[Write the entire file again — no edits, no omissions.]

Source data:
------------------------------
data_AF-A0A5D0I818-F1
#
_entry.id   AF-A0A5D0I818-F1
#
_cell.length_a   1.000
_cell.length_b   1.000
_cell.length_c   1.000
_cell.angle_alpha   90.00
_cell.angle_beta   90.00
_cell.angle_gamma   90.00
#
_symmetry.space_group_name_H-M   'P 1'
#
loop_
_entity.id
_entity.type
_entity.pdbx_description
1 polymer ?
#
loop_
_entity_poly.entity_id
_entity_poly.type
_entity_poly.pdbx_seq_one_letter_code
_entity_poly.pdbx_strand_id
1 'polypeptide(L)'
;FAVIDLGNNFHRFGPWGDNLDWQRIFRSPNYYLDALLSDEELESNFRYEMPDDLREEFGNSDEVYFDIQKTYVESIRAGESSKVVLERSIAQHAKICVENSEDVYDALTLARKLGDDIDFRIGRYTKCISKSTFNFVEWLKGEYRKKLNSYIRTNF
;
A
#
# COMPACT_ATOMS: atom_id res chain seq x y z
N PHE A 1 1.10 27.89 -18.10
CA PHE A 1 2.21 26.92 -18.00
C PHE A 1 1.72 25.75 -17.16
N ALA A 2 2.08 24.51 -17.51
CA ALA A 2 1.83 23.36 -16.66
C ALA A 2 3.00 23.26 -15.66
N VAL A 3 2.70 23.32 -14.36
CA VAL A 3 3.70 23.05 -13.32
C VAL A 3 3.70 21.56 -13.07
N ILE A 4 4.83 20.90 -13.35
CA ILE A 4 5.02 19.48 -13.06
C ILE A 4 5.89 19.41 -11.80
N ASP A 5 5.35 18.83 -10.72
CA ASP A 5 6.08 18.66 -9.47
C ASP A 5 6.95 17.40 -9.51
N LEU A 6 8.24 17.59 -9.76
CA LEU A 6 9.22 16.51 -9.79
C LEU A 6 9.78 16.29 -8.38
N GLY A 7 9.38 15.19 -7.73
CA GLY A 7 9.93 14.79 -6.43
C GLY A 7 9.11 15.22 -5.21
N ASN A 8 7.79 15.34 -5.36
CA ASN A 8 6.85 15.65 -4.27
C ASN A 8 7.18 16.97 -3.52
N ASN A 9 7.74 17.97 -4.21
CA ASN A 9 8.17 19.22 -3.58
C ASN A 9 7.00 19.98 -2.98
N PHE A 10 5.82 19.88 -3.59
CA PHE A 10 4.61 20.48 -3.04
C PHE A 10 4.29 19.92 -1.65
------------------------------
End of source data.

data_AF-A0A5D0I818-F1
#
_entry.id   AF-A0A5D0I818-F1
#
_cell.length_a   1.000
_cell.length_b   1.000
_cell.length_c   1.000
_cell.angle_alpha   90.00
_cell.angle_beta   90.00
_cell.angle_gamma   90.00
#
_symmetry.space_group_name_H-M   'P 1'
#
loop_
_entity.id
_entity.type
_entity.pdbx_description
1 polymer ?
#
loop_
_entity_poly.entity_id
_entity_poly.type
_entity_poly.pdbx_seq_one_letter_code
_entity_poly.pdbx_strand_id
1 'polypeptide(L)'
;FAVIDLGNNFHRFGPWGDNLDWQRIFRSPNYYLDALLSDEELESNFRYEMPDDLREEFGNSDEVYFDIQKTYVESIRAGESSKVVLERSIAQHAKICVENSEDVYDALTLARKLGDDIDFRIGRYTKCISKSTFNFVEWLKGEYRKKLNSYIRTNF
;
A
#
# COMPACT_ATOMS: atom_id res chain seq x y z
N PHE A 1 1.10 27.89 -18.10
CA PHE A 1 2.21 26.92 -18.00
C PHE A 1 1.72 25.75 -17.16
N ALA A 2 2.08 24.51 -17.51
CA ALA A 2 1.83 23.36 -16.66
C ALA A 2 3.00 23.26 -15.66
N VAL A 3 2.70 23.32 -14.36
CA VAL A 3 3.70 23.05 -13.32
C VAL A 3 3.70 21.56 -13.07
N ILE A 4 4.83 20.90 -13.35
CA ILE A 4 5.02 19.48 -13.06
C ILE A 4 5.89 19.41 -11.80
N ASP A 5 5.35 18.83 -10.72
CA ASP A 5 6.08 18.66 -9.47
C ASP A 5 6.95 17.40 -9.51
N LEU A 6 8.24 17.59 -9.76
CA LEU A 6 9.22 16.51 -9.79
C LEU A 6 9.78 16.29 -8.38
N GLY A 7 9.38 15.19 -7.73
CA GLY A 7 9.93 14.79 -6.43
C GLY A 7 9.11 15.22 -5.21
N ASN A 8 7.79 15.34 -5.36
CA ASN A 8 6.85 15.65 -4.27
C ASN A 8 7.18 16.97 -3.52
N ASN A 9 7.74 17.97 -4.21
CA ASN A 9 8.17 19.22 -3.58
C ASN A 9 7.00 19.98 -2.98
N PHE A 10 5.82 19.88 -3.59
CA PHE A 10 4.61 20.48 -3.04
C PHE A 10 4.29 19.92 -1.65